The Laundry Room (detail), 2009
Paint, as Richard Jackson uses it, is liquid and libidinal, unruly and projectile; the spurting lifeblood of an overly cultivated art form and a fluid to be funnelled, pumped and squirted. Since the 1970s the West Coast American artist has mounted an intensely visceral humorous interrogation of painting that combines the heroic and the slapstick, systematised procedure and extreme disorder. He has expanded the activity of painting, abandoning its conventional tools for machines such as pumps, vehicles and even rifles to make the work.
Jackson is showing two expansive installations at Hauser & Wirth Zürich. Laundry Room, in the ground floor galleries, has been set up as a clothes cleaning space with adjacent bathroom and kitchen. Ten washing machines and a compliment of dryers have been installed and used, their washing-powder substituted for paint. Three of these contain the primary colours, which are piped into and churned in three other washers to form the secondaries: green, purple and orange. The remaining machines mix the paints again, their pigments becoming ever dirtier, darker and finally black. Viewers see the aftermath of this deviant laundering operation: clothes caked in pigment stacked by the artist on to tables, piles of mechanically produced paintings. The piece continues Jackson's series of 'Rooms', which begun with Bed Room (1976 - 1982). In this, a spinning bed laden with paint and hoisted to the ceiling led the curator Walther Hopps to assess it as 'the most extreme drenching, splatter and whiplashing of paint I've ever experienced … "action painting" taken to its literal extreme.' More recently, The Maid's Room (2006), a re-creation of Duchamp's Étant donnés, featured an exposed, spread-eagled nude clutching a vacuum cleaner re-designed so that it sprayed out paint.
Just as Jackson uses everyday machines to deconstruct and debunk the traditional high-mindedness of painting, he similarly combines crass cultural stereotypes with homages to icons of art history. Populating the Laundry Room and its suite of adjoining spaces are a cast of un-PC characters: men whose heads resemble a cross between a boar's snout and an African mask, and women with the heads of ponies. Involved in a variety of acts of ablution, one is seen in the bath, a three-dimensional revamp of Jacques-Louis David's The Death of Marat.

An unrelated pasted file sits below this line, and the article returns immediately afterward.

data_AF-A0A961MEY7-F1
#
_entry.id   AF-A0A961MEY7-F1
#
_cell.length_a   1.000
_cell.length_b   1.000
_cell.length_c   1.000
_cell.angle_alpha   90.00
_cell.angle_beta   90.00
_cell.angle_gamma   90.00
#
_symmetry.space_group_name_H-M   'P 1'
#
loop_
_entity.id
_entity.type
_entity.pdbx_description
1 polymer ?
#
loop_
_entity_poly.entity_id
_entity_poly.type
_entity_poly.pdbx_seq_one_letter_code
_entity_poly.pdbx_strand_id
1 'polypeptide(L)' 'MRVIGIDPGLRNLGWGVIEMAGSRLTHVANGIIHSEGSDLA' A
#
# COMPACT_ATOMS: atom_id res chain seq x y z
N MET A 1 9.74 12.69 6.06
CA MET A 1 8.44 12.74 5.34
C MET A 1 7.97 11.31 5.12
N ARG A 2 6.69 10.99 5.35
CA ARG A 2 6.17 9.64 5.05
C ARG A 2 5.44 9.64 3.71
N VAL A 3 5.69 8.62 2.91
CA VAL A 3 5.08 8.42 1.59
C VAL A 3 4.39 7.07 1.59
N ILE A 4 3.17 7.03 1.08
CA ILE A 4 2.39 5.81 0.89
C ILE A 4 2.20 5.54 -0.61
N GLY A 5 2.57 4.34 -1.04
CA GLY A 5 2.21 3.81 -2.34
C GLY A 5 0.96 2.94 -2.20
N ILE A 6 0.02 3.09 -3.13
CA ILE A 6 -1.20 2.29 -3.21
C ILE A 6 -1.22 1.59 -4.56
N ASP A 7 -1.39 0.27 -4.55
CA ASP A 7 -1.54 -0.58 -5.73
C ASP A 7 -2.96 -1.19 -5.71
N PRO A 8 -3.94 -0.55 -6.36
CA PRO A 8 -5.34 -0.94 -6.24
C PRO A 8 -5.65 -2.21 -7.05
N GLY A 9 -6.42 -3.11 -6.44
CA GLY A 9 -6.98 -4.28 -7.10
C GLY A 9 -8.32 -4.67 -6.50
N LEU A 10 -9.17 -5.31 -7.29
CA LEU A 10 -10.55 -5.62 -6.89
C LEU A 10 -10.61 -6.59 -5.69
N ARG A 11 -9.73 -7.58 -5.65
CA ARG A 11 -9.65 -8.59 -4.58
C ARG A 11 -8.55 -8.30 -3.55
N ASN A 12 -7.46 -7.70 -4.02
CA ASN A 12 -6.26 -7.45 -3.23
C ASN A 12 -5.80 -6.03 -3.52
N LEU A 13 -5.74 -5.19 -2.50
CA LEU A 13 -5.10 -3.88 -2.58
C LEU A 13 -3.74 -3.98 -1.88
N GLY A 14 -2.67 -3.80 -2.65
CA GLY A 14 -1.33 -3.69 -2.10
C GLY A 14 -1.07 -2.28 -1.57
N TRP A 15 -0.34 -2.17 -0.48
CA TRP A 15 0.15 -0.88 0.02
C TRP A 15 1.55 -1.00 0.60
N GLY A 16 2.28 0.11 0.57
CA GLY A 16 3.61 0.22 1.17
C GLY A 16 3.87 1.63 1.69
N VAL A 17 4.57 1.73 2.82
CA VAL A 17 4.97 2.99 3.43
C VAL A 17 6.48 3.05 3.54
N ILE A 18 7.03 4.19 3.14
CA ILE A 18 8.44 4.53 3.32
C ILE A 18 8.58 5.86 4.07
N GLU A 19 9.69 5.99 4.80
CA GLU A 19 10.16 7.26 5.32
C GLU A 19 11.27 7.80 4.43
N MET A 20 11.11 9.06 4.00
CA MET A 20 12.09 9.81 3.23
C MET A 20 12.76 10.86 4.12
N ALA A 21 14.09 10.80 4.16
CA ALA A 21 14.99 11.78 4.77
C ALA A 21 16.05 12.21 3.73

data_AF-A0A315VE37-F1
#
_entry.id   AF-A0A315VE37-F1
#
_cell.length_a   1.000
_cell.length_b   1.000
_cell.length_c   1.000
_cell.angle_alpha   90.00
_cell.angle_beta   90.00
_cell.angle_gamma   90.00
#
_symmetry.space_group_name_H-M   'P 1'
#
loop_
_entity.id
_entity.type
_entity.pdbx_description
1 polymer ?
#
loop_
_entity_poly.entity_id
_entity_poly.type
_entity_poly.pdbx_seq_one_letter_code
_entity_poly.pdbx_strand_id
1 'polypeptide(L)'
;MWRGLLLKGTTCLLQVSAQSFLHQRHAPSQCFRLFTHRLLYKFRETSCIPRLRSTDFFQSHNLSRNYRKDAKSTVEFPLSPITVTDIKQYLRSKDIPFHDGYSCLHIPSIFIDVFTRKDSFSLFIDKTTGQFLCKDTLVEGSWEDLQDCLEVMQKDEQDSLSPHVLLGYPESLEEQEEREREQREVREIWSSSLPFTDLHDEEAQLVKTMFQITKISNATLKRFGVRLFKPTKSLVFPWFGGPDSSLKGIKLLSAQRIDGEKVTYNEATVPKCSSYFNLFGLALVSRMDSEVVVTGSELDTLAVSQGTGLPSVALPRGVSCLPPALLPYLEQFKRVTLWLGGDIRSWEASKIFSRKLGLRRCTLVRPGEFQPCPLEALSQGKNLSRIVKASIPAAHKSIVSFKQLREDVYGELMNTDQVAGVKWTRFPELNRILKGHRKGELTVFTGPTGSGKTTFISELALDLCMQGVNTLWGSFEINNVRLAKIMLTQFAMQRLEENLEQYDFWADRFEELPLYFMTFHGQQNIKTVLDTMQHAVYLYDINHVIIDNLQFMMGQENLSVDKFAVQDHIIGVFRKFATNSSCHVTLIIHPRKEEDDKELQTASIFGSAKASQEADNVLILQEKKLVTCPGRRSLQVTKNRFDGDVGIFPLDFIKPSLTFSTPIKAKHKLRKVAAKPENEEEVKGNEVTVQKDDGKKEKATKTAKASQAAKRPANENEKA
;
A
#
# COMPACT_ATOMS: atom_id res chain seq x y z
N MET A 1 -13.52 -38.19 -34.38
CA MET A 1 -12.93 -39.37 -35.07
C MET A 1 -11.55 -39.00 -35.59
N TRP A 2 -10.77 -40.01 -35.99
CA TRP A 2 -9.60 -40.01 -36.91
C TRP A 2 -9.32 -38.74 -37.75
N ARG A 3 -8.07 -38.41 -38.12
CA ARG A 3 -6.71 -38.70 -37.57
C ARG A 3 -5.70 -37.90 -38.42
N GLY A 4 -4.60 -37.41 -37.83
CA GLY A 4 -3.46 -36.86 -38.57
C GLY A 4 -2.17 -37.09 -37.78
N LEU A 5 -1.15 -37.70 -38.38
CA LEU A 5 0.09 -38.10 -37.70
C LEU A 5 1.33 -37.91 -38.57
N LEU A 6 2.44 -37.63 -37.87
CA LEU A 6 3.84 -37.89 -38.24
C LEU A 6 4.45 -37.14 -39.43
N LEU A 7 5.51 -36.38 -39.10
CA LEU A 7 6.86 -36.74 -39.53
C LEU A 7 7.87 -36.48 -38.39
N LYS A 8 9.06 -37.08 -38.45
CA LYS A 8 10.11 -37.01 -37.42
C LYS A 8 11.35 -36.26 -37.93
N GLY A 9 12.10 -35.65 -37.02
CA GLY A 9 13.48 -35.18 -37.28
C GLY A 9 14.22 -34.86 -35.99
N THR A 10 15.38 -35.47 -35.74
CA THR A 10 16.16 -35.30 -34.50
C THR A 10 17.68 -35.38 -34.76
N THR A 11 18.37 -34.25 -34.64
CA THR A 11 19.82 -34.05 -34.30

The upstairs gallery houses Upside Down Room, a kinetic installation Jackson made in 1991 but which has never been shown before. This is a space of its own with two sets of walls, the outer made of black and white striped paintings, the inner of steel perforated with tiny circles. As the viewer enters the piece the outer walls turn by 180 degrees disturbing their orientation. Compounding this experience are works such as Upside down female pony head and Upside down male pig head, bronze casts of sculptures that have been inverted and squashed beneath the weight of their pedestals. The installation also includes Ain't Painting A Pain, a neon script whose slanging statement of anti-sublimation flashes within the single word 'Painting' as though self-evidently true. As his friend Paul McCarthy has written about him, Jackson sees painting as 'a job resembling construction', or, to use his own characterization of art making, it is simply 'unusual behaviour.'
Richard Jackson was born in Sacramento, California in 1939. He has been internationally recognised since 'Helter Skelter' (1992) at the Los Angeles Museum of Contemporary Art. Recent solo shows include Hamburger Bahnhof (2006), Galerie Georges-Philippe & Nathalie Vallois (2006) and 'Richard Jackson Installation 1970 - 1988', a major presentation of his work at The Menil Collection (1987). His work has featured in numerous group exhibitions including the 48th Venice Biennale (1999) and the fourth Lyon Biennale of Contemporary Art (1997), as well as 'Iconoclash' (2002) at ZKM, Karlsruhe.